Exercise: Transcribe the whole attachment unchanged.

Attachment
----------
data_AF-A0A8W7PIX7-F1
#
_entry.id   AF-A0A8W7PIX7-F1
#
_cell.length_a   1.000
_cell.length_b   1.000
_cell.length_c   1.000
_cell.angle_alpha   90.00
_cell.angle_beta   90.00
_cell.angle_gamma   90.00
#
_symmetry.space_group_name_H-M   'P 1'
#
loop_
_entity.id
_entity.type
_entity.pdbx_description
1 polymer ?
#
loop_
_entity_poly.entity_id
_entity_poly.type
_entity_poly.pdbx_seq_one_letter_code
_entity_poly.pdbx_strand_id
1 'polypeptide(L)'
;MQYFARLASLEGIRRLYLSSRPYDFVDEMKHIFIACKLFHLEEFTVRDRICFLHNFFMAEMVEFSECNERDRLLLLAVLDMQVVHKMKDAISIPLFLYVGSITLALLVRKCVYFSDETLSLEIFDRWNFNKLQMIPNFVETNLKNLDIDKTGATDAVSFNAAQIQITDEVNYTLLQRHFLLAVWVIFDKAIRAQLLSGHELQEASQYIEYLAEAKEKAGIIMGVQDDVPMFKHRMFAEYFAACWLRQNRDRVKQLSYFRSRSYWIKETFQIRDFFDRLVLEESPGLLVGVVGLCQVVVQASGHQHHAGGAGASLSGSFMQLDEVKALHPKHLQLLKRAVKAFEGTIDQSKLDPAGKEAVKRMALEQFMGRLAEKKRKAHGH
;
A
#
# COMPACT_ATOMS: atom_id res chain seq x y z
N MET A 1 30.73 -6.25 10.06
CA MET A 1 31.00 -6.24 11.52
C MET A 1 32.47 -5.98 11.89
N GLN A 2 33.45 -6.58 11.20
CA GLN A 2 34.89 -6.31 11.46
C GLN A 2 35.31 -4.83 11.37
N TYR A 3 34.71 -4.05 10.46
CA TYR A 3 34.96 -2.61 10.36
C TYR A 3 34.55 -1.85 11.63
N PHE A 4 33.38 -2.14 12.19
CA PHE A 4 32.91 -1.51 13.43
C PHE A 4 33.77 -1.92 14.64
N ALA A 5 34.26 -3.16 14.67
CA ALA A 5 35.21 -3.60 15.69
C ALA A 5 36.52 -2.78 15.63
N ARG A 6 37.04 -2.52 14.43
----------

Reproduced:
data_AF-A0A8W7PIX7-F1
#
_entry.id   AF-A0A8W7PIX7-F1
#
_cell.length_a   1.000
_cell.length_b   1.000
_cell.length_c   1.000
_cell.angle_alpha   90.00
_cell.angle_beta   90.00
_cell.angle_gamma   90.00
#
_symmetry.space_group_name_H-M   'P 1'
#
loop_
_entity.id
_entity.type
_entity.pdbx_description
1 polymer ?
#
loop_
_entity_poly.entity_id
_entity_poly.type
_entity_poly.pdbx_seq_one_letter_code
_entity_poly.pdbx_strand_id
1 'polypeptide(L)'
;MQYFARLASLEGIRRLYLSSRPYDFVDEMKHIFIACKLFHLEEFTVRDRICFLHNFFMAEMVEFSECNERDRLLLLAVLDMQVVHKMKDAISIPLFLYVGSITLALLVRKCVYFSDETLSLEIFDRWNFNKLQMIPNFVETNLKNLDIDKTGATDAVSFNAAQIQITDEVNYTLLQRHFLLAVWVIFDKAIRAQLLSGHELQEASQYIEYLAEAKEKAGIIMGVQDDVPMFKHRMFAEYFAACWLRQNRDRVKQLSYFRSRSYWIKETFQIRDFFDRLVLEESPGLLVGVVGLCQVVVQASGHQHHAGGAGASLSGSFMQLDEVKALHPKHLQLLKRAVKAFEGTIDQSKLDPAGKEAVKRMALEQFMGRLAEKKRKAHGH
;
A
#
# COMPACT_ATOMS: atom_id res chain seq x y z
N MET A 1 30.73 -6.25 10.06
CA MET A 1 31.00 -6.24 11.52
C MET A 1 32.47 -5.98 11.89
N GLN A 2 33.45 -6.58 11.20
CA GLN A 2 34.89 -6.31 11.46
C GLN A 2 35.31 -4.83 11.37
N TYR A 3 34.71 -4.05 10.46
CA TYR A 3 34.96 -2.61 10.36
C TYR A 3 34.55 -1.85 11.63
N PHE A 4 33.38 -2.14 12.19
CA PHE A 4 32.91 -1.51 13.43
C PHE A 4 33.77 -1.92 14.64
N ALA A 5 34.26 -3.16 14.67
CA ALA A 5 35.21 -3.60 15.69
C ALA A 5 36.52 -2.78 15.63
N ARG A 6 37.04 -2.52 14.43